By Rosetta Loreta. Bedroom. Monday, September 11th 2017, 14:50:29 PM.
Unlike in a kitchen, a living area or a den, private papers and materials stay private in a bedroom, and distractions tend to be fewer. The trick, of course, is to create an office that doesn't disrupt a bedroom's restful feel or take up more than its share of space. These homeowners and design pros have managed to come up with a happy middle ground. Take a look at how they made it work. A desk takes the place of a nightstand in this bedroom, yet it blends in so smoothly that it doesn't immediately read as a work area. Keeping the finish and style consistent with the bed helps to integrate the two visually, and the large piece of artwork mounted above takes some of the focus off the computer. This setup takes a similar tack. Trimming out the bulletin board with molding helps it to feel like a thoughtful part of the design rather than an incidental. Bedrooms are often designed so that windows flank the most natural spot to orient the bed, which can make furniture placement tricky. If yours is the same way, choose a low desk that won't obscure the sunlight and the views. The key to this bedroom office: the glam mirrored desk, which blends into the space because of its reflectivity. Although it's perfectly functional, stylish accents mask its workhorse side. The key to this bedroom office: the glam mirrored desk, which blends into the space because of its reflectivity. Although it's perfectly functional, stylish accents mask its workhorse side. If wall space is limited, go vertical. Custom or prefab shelves, which you can paint the same color as the walls, maximize every inch.
Leave your shoes at the door. Now that your bedroom is clutter‐free and clean, it's time to commit to keeping it that way. Start a no‐shoes policy – in your whole house if you can, but at least in the bedroom. Place a table or basket outside your bedroom door to remind you to drop work materials, cell phones and other gadgets before entering your new zone of calm. Create an organic bed. If you are in need of a new mattress (and can afford to spring for it) by all means go for one of the wonderful organic versions on the market today. But if not, that doesn't mean you can't green up your bed. Try topping your mattress with a natural mattress pad and adding organic pillows and sheets. Organic goods are so mainstream now, they can be found at all price points. Consider the walls and floors. While it does take more effort than any of the previous steps, addressing your walls and floors is an important part of creating a more ecofriendly bedroom. If you are looking to change the wall color, seek out paint containing low or no volatile organic compounds (VOCs). If you have old, peeling paint that may contain lead, use caution and seek professional guidance for the best way to cover it. For the floor, I recommend choosing hard flooring over wall‐to‐wall carpeting, which is notoriously difficult to clean and tends to contain VOCs. If you already have wall‐to‐wall carpeting in place, you can choose to have it removed or simply cover much of it with a natural fiber area rug. Choose the right color palette for your needs.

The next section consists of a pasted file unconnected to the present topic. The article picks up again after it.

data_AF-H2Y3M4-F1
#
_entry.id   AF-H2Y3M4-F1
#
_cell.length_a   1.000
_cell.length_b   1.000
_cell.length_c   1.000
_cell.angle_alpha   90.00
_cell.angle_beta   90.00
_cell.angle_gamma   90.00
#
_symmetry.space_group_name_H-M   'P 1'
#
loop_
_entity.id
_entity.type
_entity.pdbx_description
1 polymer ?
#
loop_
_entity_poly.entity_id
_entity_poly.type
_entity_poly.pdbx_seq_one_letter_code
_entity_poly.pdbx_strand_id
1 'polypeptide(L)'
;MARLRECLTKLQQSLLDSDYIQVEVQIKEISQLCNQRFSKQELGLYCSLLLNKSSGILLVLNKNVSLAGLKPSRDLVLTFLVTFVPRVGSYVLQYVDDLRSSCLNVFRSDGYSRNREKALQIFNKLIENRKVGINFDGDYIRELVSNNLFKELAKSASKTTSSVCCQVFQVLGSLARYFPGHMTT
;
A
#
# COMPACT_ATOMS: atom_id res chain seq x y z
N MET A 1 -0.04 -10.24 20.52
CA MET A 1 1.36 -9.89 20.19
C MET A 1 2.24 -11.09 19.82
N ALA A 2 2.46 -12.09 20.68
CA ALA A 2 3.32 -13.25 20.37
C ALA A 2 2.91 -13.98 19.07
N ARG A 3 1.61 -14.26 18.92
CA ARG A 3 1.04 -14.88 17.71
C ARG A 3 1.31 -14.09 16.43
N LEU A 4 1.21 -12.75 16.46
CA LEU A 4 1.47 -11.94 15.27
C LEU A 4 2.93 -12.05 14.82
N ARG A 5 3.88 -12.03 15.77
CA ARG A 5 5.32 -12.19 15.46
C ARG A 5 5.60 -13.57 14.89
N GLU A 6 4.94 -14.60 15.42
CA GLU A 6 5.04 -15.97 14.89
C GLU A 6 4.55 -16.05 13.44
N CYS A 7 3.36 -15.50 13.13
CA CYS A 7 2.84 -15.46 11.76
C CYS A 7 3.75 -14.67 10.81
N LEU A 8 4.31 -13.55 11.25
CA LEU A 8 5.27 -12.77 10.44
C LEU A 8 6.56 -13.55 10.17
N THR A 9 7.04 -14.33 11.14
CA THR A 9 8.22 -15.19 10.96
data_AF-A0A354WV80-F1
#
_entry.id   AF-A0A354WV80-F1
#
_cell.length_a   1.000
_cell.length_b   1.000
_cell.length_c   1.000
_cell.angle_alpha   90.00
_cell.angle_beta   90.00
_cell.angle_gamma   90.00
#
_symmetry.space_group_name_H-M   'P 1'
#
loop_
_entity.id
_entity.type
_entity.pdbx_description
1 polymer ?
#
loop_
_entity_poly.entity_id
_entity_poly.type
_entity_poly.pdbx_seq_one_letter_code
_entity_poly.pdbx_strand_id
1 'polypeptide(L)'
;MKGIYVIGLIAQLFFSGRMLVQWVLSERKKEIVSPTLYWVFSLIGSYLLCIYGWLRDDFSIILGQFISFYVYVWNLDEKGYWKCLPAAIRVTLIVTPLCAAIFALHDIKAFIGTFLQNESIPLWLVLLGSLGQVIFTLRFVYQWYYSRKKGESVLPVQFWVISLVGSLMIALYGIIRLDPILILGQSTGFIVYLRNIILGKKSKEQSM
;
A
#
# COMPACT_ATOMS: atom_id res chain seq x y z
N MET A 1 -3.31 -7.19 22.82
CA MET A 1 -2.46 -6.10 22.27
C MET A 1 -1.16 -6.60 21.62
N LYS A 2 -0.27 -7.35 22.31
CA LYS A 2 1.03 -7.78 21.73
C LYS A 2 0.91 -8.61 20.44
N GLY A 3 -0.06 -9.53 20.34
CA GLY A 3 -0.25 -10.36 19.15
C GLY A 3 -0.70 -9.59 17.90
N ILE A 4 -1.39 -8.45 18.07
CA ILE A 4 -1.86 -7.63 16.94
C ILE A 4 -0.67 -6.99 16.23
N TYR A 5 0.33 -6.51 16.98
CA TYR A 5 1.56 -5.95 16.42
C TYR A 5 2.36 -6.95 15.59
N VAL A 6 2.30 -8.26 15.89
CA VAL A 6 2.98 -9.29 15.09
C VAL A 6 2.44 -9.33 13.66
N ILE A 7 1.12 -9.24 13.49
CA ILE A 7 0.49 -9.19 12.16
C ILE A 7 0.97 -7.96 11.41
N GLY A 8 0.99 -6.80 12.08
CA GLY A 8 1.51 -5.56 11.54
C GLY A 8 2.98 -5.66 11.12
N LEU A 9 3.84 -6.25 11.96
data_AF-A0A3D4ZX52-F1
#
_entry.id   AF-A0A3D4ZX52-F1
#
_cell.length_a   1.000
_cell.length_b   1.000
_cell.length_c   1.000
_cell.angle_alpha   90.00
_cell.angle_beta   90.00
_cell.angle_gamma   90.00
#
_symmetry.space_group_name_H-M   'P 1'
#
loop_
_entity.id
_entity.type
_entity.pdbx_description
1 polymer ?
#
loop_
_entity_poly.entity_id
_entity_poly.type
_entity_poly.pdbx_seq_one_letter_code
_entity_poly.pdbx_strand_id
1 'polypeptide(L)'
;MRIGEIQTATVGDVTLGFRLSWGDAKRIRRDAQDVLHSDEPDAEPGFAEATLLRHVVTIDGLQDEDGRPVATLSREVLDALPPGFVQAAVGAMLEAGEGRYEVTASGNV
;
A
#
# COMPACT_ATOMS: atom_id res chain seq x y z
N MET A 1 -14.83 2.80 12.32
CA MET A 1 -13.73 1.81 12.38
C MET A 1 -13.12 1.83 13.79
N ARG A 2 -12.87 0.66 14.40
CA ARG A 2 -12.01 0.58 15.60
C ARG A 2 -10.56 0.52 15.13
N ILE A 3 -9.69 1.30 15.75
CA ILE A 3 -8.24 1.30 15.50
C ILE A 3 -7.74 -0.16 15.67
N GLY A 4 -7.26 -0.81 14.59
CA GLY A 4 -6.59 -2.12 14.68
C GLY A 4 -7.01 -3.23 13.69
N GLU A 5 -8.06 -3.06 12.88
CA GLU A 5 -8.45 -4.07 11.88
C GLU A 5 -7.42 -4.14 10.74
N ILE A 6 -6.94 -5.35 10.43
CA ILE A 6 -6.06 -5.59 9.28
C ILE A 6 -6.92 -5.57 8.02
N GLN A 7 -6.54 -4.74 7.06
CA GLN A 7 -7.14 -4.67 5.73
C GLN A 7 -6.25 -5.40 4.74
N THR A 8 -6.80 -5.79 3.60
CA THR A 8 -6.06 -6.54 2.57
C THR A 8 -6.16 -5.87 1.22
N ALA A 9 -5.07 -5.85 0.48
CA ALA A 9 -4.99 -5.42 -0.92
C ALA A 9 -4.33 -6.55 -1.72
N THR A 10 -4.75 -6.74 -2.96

Carving out a soothing space like the one shown here, with its white linens, simple lighting and book collection, will not only provide guests with comfort, but the bed placement will give them a bit of privacy – even if bunking with others is required. Even the most narrow spaces can house guests. By placing a bed under the window in this hallway with a lamp, table and parson's chair on the opposite wall, guests will have everything they need close at hand. If you have a deep closet available in your home office, why not tuck a mattress inside? Removing the closet doors and adding pretty bedding that coordinates with the room's decor will make the space feel intentional. Ever since the first Harry Potter book was published, the idea of a room under the stairs has been intriguing to both children and adults. Just imagine how happy your littlest houseguests will be when they discover where they'll be sleeping. Creating a sleeping nook with curtains is a great idea if the nook is in an often‐used part of your home. If guests need more privacy, they can simply close the drapes. If your home already has a daybed, this spot can work for guests too. Dens are great for overnight guests. This windowed pocket door may not provide all of the necessary privacy, but the drapery rod and panels are a great quick fix.